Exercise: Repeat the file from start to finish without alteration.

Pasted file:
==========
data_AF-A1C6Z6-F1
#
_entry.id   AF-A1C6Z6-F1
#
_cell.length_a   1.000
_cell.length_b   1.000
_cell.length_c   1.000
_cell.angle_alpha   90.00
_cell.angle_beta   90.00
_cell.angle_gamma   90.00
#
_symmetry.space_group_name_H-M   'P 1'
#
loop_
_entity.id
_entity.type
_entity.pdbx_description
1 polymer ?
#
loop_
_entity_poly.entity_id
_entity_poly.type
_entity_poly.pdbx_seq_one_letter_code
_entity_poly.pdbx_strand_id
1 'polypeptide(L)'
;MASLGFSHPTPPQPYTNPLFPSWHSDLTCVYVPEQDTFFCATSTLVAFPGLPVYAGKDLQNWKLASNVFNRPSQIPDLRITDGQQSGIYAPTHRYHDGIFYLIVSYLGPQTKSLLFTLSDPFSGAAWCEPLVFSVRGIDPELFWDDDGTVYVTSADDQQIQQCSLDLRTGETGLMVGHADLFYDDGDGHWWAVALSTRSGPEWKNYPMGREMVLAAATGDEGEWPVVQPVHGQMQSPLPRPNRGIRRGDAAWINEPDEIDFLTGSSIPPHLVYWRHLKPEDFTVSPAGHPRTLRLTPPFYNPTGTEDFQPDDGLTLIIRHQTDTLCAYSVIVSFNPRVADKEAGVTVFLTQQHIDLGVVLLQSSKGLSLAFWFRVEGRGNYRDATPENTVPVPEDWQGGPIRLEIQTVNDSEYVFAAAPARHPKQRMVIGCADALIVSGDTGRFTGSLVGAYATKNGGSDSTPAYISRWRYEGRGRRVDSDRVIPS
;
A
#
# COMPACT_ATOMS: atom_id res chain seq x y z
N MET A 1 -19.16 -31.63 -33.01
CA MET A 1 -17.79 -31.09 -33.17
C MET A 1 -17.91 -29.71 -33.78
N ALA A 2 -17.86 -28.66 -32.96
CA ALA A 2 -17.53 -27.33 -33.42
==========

data_AF-A1C6Z6-F1
#
_entry.id   AF-A1C6Z6-F1
#
_cell.length_a   1.000
_cell.length_b   1.000
_cell.length_c   1.000
_cell.angle_alpha   90.00
_cell.angle_beta   90.00
_cell.angle_gamma   90.00
#
_symmetry.space_group_name_H-M   'P 1'
#
loop_
_entity.id
_entity.type
_entity.pdbx_description
1 polymer ?
#
loop_
_entity_poly.entity_id
_entity_poly.type
_entity_poly.pdbx_seq_one_letter_code
_entity_poly.pdbx_strand_id
1 'polypeptide(L)'
;MASLGFSHPTPPQPYTNPLFPSWHSDLTCVYVPEQDTFFCATSTLVAFPGLPVYAGKDLQNWKLASNVFNRPSQIPDLRITDGQQSGIYAPTHRYHDGIFYLIVSYLGPQTKSLLFTLSDPFSGAAWCEPLVFSVRGIDPELFWDDDGTVYVTSADDQQIQQCSLDLRTGETGLMVGHADLFYDDGDGHWWAVALSTRSGPEWKNYPMGREMVLAAATGDEGEWPVVQPVHGQMQSPLPRPNRGIRRGDAAWINEPDEIDFLTGSSIPPHLVYWRHLKPEDFTVSPAGHPRTLRLTPPFYNPTGTEDFQPDDGLTLIIRHQTDTLCAYSVIVSFNPRVADKEAGVTVFLTQQHIDLGVVLLQSSKGLSLAFWFRVEGRGNYRDATPENTVPVPEDWQGGPIRLEIQTVNDSEYVFAAAPARHPKQRMVIGCADALIVSGDTGRFTGSLVGAYATKNGGSDSTPAYISRWRYEGRGRRVDSDRVIPS
;
A
#
# COMPACT_ATOMS: atom_id res chain seq x y z
N MET A 1 -19.16 -31.63 -33.01
CA MET A 1 -17.79 -31.09 -33.17
C MET A 1 -17.91 -29.71 -33.78
N ALA A 2 -17.86 -28.66 -32.96
CA ALA A 2 -17.53 -27.33 -33.42